Because we do not have all the answers to the knotty problems that may be posed cannot argue that God has not revealed it clearly. It may mean that some have allowed any number of factors to bring them to a misunderstanding of the truth as God revealed it. It also means when those who teach that God allows a man or woman to have a number of successive mates in marriage and do not commit adultery, faithful men must oppose them. Error has been taught which cannot be proved by Scripture. To teach error on the divorce issue is to teach human opinion. Faith is still based on what God has revealed -- whether it is the covering issue, the war question, or the marriage and divorce issue.

          Ed says that many disagreements grow out of differing interpretations of biblical text. That is true. But there is also a sequel. Those who interpret Scripture incorrectly and teach their interpretation teach error. If they persist in teaching error, they become heretical. Those who practice what they teach become guilty of sin and must eventually be excommunicated from fellowship. But what is our duty? It is rather clear. “Whosoever goeth onward and abideth not in the teaching of Christ, hath not God: he that abideth in the teaching the same hath both the Father and the Son. If anyone cometh unto you, and bringeth not this teaching, receive him not into your house, and give him no greeting: for he that giveth him greeting partaketh of his evil deeds” (II John 9-11). “And have no fellowship with the unfruitful works of darkness, but rather even reprove them” (Ephesians 5:11). “A factious man (heretic) after a first and second admonition, refuse” (Titus 3:10). So, the question is not how we interpret the Scripture -- it is how does our interpretation feet fellowship? It is also a matter of whether faith is established by our interpretation, or by what the Bible clearly reveals.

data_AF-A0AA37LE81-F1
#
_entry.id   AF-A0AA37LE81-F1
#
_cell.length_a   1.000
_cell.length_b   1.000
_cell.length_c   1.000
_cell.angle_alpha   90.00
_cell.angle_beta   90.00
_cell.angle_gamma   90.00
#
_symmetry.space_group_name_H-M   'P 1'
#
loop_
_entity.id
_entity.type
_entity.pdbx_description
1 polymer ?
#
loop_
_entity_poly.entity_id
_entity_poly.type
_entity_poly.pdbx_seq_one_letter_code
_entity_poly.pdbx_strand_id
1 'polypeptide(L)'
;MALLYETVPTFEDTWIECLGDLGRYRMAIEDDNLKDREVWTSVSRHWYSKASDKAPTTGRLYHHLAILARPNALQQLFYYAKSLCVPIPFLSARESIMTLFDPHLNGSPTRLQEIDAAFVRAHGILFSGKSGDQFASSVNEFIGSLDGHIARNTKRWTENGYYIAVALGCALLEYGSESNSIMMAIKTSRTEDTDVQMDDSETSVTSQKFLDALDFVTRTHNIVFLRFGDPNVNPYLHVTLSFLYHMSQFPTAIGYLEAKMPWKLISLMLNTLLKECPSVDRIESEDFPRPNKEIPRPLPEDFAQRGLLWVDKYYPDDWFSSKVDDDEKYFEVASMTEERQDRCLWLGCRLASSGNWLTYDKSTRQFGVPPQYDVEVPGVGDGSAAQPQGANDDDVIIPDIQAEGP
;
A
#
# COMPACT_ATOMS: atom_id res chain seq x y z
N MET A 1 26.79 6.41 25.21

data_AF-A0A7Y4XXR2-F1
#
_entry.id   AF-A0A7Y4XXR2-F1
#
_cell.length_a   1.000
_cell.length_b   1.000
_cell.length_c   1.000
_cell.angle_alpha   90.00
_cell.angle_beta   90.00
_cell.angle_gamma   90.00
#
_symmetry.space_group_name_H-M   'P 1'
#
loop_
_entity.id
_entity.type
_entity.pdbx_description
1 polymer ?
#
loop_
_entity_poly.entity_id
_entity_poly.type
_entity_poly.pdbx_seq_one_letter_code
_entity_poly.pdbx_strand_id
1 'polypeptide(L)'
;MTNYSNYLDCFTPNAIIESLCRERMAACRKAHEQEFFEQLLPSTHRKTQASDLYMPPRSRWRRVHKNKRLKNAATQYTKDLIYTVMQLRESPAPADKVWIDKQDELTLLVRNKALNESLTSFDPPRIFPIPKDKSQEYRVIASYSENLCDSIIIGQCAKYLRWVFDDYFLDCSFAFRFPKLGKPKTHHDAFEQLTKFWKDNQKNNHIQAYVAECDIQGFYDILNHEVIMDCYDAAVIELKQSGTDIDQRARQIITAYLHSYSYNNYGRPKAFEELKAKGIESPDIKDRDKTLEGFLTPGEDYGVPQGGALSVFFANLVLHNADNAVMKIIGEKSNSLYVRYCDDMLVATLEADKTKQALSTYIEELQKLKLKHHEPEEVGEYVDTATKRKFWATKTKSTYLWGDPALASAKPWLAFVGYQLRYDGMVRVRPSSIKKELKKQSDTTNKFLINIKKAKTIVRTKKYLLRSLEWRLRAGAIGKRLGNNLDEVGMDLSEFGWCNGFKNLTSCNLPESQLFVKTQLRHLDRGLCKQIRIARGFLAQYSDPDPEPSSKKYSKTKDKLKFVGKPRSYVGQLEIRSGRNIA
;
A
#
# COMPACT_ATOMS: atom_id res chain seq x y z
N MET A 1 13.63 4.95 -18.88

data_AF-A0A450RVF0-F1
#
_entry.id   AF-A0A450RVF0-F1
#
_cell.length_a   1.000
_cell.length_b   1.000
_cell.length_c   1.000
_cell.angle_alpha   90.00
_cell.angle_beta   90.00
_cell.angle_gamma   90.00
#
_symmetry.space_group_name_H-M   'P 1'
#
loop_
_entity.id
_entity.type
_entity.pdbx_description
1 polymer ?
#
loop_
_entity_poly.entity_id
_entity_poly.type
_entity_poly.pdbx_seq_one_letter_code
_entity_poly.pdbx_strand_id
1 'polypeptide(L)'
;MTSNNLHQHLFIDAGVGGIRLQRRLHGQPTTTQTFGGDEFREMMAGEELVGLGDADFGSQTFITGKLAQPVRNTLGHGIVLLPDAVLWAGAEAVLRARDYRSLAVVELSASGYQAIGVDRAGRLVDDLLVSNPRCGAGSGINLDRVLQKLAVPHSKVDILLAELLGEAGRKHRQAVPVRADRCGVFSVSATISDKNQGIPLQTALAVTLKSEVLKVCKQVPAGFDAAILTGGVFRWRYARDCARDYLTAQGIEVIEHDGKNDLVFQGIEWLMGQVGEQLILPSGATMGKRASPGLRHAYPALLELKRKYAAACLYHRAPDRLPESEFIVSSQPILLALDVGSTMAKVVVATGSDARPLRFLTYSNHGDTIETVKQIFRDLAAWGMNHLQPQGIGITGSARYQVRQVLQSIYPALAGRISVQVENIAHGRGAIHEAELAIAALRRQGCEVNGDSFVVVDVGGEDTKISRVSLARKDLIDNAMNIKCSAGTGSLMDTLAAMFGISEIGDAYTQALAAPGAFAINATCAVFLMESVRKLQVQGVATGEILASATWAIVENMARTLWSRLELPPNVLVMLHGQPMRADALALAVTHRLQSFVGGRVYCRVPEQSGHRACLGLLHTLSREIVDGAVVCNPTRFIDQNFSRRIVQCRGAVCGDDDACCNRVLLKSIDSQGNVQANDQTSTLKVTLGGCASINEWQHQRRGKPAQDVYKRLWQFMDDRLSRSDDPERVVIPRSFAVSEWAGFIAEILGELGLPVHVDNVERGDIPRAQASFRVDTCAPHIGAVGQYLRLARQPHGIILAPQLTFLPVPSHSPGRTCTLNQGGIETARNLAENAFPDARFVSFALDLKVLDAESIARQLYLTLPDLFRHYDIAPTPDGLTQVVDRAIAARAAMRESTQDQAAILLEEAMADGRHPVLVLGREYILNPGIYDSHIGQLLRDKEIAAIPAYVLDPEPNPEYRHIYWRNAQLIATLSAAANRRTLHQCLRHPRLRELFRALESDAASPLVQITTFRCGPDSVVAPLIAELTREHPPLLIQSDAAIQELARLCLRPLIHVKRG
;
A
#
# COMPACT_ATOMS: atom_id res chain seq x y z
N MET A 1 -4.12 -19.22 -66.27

Ed’s question of my view of Romans 14 amounted to a puzzle he poses. He thinks that if what I said is true we are still left with the practical necessity of deciding when to fellowship those who interpret biblical passages differently from us. Not so, Ed. We are to determine whether God has revealed His will clearly or not. The issues in Romans 14 were not based on clear and unmistakable testimony from God. Thus, neither side could have possibly been wrong in what they believed. Brother Harrell, please answer the question: which side believed error relative to diet or days? The question is not asking which side was wrong, but which side believed something wrong about diets or days. You ought to say neither of them. If one side believed error, then who can explain how both of them were acceptable to God (verse 3).